I remember in high school delivering Christmas food baskets to houses on the “wrong side of the tracks.” At one place, the door was open but everyone hid from us. We put the turkey in the refrigerator, and there was nothing in it except what looked like a plate of lard.
The first big commitment I took on was with the Neighborhood Involvement Program in the late ‘70s, tutoring at-risk middle school kids in North Minneapolis. I still remember trying to help my 7th grader understand fractions by showing him a ruler, but he’d never learned to use one. He could read at a second grade level. That’s when I really began to appreciate what some children who didn’t have my advantages are up against.
When did you begin volunteering for People Serving People?
What made you choose People Serving People (to volunteer)?
I read a friend’s blog post about coming across a homeless person’s camp and realizing he didn’t understand much about homelessness, so he signed up to volunteer at PSP to learn more. He ran a small business and had two small children. I thought, if he can do it, I can, too.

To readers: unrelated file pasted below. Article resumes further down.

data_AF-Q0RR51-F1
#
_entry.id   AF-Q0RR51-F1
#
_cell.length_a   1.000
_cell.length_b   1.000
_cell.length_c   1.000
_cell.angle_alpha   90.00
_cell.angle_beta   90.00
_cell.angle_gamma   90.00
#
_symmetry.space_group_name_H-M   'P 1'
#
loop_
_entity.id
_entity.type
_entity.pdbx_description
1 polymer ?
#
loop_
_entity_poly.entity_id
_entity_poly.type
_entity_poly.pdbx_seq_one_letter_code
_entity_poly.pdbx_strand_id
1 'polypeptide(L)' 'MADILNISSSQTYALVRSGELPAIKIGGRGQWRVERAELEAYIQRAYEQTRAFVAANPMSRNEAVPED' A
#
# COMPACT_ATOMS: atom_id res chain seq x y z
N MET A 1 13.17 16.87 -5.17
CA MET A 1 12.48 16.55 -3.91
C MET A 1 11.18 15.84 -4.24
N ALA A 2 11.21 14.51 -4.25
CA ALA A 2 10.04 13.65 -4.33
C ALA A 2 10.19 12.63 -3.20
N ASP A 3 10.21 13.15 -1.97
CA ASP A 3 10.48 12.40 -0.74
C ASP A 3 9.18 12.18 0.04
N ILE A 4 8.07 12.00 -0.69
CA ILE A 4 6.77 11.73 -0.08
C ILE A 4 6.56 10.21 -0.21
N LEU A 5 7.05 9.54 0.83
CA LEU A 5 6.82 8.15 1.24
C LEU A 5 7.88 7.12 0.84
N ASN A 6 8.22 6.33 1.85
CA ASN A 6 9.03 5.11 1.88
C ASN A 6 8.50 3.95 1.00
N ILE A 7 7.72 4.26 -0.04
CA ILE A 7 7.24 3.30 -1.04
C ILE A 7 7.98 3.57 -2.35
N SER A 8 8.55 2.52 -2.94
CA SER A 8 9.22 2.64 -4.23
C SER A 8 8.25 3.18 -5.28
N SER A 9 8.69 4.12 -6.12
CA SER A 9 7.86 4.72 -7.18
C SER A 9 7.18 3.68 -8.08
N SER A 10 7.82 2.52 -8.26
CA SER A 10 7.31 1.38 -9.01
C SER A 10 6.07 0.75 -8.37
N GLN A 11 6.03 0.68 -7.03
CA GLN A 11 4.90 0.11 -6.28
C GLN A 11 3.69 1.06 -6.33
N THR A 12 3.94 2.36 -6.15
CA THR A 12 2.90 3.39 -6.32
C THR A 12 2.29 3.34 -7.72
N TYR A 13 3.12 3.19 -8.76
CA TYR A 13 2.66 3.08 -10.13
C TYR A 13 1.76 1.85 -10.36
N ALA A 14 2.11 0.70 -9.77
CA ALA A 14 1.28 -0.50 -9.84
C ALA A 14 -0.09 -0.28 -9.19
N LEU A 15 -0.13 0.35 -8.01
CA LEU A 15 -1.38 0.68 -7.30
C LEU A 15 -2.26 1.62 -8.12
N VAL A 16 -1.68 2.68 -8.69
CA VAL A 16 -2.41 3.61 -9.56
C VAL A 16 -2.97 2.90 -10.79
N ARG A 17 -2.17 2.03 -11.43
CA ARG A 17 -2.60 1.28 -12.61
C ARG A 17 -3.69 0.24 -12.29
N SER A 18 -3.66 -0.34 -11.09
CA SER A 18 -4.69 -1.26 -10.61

About the same time, I was doing a lot of political blogging, but not doing much social action. I read an essay about the “cognitive surplus” created by America’s great prosperity—how many of us have been given the opportunity to manage excess free time. But we spend it watching TV or arguing with each other online, essentially squandering this great asset. President Obama had just been elected, and it was a time to ask if I was really contributing to constructive social change or just talking about it.
Finally, PSP seemed like the right outlet for the guy at the picnic who’s always off goofing around with the 5-year-olds.
What have you done as a volunteer for PSP?